Hackney: ‘I just didn’t get any bites’

Gonzales’ Greg Hackney had a great practice for his eighth Bassmaster Classic, but that only translated to a single 3-pound, 5-ounce bass.

“I just didn’t get any bites,” Hackney said. “I think the weather got too nice. I ain’t making any excuses, but something just changed.”

That might sound like a strange statement, but Hackney said his best fishing came during the first days of practice when the weather was simply horrendous with snow, wind, clouds and frigid water temperatures.

“The first day of practice I caught 25 pounds,” he said.

Today, the day dawned blue-bird and much warmer, and Hackney’s area refused to give up any fish until 10:36 a.m.  But he didn’t worry.

“Honestly, I had only caught one fish before 10 o’clock during practice,” Hackney said. “So it didn’t really bother me this morning.

“When I caught that fish at 10:30, I thought it was par for the course.”

He was fishing a jig, making long casts shoreline grass and working it along the bottom to the first ledge.

But he didn’t get another bite the rest of the day.

“I thought when that sun got bright they’d pull up in (the grass), but I think they just suspended,” Hackney said.

The big weights that have come to the scales have all come from the creek in which anglers launched, Hackney said.

“Where they’re catching those fish at is text-book pre-spawn bass,” he explained. “Most of the bass wee caught in grass on lipless crankbaits.”

His second-day strategy depends upon if any clouds move in.

“I found some grass in another creek, and if it’s clear I’m going to go there and throw a lipless crankbait on the grass, “ Hackney said. “If it’s cloudy, I’m going back to where I was today.”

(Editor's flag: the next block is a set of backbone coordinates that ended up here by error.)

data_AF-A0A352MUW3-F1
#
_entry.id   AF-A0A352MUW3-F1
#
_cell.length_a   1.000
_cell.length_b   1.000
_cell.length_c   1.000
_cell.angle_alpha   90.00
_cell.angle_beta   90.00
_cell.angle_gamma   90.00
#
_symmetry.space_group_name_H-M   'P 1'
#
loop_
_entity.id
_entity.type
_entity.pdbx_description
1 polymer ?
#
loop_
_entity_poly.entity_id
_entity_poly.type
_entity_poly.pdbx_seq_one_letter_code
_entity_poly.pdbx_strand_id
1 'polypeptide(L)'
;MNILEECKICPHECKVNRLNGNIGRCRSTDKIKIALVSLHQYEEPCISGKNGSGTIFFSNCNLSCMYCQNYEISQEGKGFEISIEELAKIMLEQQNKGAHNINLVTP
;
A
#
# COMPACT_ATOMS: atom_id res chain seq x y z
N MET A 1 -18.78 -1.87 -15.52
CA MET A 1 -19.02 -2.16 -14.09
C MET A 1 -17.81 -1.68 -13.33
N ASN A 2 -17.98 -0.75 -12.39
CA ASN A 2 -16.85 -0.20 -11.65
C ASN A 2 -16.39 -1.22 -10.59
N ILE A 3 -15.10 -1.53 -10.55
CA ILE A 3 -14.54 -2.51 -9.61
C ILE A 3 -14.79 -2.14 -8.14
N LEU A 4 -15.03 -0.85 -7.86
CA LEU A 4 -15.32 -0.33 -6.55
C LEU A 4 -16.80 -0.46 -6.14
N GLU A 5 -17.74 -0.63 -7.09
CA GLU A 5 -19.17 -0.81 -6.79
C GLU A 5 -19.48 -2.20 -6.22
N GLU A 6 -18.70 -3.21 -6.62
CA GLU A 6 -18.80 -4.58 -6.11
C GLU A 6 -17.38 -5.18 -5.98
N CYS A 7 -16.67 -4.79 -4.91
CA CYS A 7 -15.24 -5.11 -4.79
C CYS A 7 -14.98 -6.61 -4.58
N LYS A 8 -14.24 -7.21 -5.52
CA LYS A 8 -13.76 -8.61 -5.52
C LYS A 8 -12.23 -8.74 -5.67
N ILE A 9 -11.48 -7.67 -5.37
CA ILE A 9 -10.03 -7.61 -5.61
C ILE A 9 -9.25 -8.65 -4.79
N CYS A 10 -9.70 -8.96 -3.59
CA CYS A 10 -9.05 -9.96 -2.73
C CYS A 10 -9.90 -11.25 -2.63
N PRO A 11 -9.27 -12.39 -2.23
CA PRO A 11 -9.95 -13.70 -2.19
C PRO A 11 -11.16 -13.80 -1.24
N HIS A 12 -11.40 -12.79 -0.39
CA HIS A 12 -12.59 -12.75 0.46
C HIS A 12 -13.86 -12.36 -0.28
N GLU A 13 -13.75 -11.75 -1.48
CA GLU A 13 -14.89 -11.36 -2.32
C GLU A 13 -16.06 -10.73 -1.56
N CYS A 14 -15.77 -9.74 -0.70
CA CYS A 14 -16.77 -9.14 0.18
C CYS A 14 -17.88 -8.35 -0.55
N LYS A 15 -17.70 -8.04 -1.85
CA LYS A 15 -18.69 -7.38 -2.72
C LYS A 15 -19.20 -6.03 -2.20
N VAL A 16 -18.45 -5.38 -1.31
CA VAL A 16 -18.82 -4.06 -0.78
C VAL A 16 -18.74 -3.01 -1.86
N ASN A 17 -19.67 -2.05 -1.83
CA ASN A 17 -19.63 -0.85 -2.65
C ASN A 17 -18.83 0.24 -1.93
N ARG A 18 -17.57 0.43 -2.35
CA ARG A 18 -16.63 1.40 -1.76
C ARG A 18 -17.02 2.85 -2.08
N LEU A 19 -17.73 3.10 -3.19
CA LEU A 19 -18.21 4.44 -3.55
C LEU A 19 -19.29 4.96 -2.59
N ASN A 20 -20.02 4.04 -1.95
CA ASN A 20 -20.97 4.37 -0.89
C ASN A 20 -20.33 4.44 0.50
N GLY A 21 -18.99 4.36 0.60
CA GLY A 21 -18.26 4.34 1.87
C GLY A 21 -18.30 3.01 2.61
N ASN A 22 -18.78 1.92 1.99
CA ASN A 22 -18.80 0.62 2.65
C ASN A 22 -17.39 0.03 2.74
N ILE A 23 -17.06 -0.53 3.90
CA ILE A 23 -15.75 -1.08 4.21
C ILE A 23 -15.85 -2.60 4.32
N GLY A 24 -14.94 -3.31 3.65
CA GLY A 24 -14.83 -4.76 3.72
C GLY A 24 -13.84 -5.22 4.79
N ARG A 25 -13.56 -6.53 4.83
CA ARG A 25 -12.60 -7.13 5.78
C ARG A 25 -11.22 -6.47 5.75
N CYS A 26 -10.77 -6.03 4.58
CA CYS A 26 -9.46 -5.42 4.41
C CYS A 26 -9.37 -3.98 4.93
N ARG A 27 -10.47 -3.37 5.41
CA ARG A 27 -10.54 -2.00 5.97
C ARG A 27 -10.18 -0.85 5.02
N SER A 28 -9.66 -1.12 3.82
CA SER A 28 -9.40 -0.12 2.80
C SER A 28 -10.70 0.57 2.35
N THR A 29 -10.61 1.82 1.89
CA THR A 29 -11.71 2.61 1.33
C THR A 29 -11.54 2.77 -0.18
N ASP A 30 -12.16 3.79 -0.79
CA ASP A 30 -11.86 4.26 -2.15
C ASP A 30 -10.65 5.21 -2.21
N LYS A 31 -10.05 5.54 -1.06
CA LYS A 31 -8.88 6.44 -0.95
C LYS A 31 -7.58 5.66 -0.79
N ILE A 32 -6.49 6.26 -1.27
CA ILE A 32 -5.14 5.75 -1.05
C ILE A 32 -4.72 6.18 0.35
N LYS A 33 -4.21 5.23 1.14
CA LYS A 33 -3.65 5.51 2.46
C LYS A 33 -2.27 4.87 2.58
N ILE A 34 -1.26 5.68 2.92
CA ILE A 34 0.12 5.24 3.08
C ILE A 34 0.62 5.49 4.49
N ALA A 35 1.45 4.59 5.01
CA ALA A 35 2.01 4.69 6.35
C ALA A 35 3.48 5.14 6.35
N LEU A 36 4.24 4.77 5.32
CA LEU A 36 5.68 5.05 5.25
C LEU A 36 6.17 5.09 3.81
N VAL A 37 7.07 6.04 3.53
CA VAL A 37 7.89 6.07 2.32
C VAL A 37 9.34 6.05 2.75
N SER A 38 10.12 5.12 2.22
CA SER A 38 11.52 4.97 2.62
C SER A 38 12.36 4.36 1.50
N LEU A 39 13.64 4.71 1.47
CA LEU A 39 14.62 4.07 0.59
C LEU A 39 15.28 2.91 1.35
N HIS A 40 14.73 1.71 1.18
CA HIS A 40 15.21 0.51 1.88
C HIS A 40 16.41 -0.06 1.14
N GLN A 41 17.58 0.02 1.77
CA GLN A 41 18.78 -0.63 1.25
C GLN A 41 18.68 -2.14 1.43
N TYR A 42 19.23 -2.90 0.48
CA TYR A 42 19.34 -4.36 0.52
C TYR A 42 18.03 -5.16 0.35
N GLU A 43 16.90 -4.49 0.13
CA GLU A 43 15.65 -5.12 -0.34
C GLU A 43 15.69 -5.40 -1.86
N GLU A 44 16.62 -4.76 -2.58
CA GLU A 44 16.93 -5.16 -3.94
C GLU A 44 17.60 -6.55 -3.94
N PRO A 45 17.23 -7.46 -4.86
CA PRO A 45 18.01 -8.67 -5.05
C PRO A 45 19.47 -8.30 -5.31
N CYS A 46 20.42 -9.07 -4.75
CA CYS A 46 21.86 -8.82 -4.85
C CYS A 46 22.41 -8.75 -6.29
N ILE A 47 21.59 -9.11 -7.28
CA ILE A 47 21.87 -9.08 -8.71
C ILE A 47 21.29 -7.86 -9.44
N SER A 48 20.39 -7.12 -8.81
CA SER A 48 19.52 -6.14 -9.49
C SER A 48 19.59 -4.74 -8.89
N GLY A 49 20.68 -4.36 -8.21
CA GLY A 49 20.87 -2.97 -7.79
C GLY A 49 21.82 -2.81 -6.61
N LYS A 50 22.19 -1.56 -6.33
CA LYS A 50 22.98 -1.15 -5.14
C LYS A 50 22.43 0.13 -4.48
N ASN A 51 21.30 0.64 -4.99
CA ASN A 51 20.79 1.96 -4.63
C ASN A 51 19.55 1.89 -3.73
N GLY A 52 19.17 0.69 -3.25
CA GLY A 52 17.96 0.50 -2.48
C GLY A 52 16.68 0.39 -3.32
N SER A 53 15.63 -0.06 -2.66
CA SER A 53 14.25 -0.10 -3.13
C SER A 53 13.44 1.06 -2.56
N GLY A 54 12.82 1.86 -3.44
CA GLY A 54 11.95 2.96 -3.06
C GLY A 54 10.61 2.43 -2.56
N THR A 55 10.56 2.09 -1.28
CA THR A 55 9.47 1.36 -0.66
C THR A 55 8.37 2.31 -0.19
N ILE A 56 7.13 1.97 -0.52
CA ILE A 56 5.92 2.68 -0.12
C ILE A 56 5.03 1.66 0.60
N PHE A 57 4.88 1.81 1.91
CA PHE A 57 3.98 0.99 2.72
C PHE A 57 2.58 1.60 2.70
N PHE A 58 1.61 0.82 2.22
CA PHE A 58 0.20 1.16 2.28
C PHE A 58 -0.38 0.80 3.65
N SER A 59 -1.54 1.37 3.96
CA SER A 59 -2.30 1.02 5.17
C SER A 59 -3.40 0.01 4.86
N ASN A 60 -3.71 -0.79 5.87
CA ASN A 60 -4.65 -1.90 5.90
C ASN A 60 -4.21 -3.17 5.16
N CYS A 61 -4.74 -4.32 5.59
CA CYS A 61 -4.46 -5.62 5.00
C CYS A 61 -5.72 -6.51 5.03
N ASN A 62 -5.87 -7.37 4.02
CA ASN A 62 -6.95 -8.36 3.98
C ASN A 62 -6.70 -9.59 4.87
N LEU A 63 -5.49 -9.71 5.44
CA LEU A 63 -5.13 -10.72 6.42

Although he finished the day 16 pounds, 3 ounces behind leader Kevin Van Dam, Hackney said he was still confident.

“I would think I have a better than average chance of making the top-25 cut,” Hackney said. “It might take 15 pounds to make the cut.”

The field is cut to 25 after tomorrow’s weigh-in.

Hackney also said there is a positive about the top weights coming from one creek.

“There’s a bunch of them fishing in there,” Hackney said. “That could keep the weights down.”

Although he’s planning to adjust according to the weather conditions, Hackney said he wouldn’t be doing anything crazy.

“I’m just going out fishing tomorrow,” he said. “I’m going to do what I think my chances are to make the top 25.

“I really don’t want to (miss the cut and) work that (outdoor) show. I’m going do my damnedest to make the top 25.”

Andy Crawford
About Andy Crawford 865 Articles
Andy Crawford has spent nearly his entire career writing about and photographing Louisiana’s hunting and fishing community. While he has written for national publications, even spending four years as a senior writer for B.A.S.S., Crawford never strayed far from the pages of Louisiana Sportsman. Learn more about his work at www.AndyCrawford.Photography.

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